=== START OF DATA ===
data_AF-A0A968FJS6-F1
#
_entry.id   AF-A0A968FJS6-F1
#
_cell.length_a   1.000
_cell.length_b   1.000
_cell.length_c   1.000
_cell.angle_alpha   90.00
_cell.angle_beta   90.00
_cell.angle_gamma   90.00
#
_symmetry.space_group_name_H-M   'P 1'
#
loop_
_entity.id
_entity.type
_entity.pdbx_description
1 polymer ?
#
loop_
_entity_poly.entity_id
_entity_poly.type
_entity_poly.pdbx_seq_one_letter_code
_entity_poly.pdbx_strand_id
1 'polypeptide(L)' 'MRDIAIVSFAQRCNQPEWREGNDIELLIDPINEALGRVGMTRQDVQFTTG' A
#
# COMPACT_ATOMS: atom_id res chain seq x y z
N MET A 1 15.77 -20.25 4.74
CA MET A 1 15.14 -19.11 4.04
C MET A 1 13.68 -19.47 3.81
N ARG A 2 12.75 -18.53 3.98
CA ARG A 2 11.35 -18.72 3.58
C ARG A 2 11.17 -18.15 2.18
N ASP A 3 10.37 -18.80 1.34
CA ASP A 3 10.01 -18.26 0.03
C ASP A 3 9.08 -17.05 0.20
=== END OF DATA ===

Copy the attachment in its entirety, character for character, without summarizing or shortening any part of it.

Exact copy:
data_AF-A0A968FJS6-F1
#
_entry.id   AF-A0A968FJS6-F1
#
_cell.length_a   1.000
_cell.length_b   1.000
_cell.length_c   1.000
_cell.angle_alpha   90.00
_cell.angle_beta   90.00
_cell.angle_gamma   90.00
#
_symmetry.space_group_name_H-M   'P 1'
#
loop_
_entity.id
_entity.type
_entity.pdbx_description
1 polymer ?
#
loop_
_entity_poly.entity_id
_entity_poly.type
_entity_poly.pdbx_seq_one_letter_code
_entity_poly.pdbx_strand_id
1 'polypeptide(L)' 'MRDIAIVSFAQRCNQPEWREGNDIELLIDPINEALGRVGMTRQDVQFTTG' A
#
# COMPACT_ATOMS: atom_id res chain seq x y z
N MET A 1 15.77 -20.25 4.74
CA MET A 1 15.14 -19.11 4.04
C MET A 1 13.68 -19.47 3.81
N ARG A 2 12.75 -18.53 3.98
CA ARG A 2 11.35 -18.72 3.58
C ARG A 2 11.17 -18.15 2.18
N ASP A 3 10.37 -18.80 1.34
CA ASP A 3 10.01 -18.26 0.03
C ASP A 3 9.08 -17.05 0.20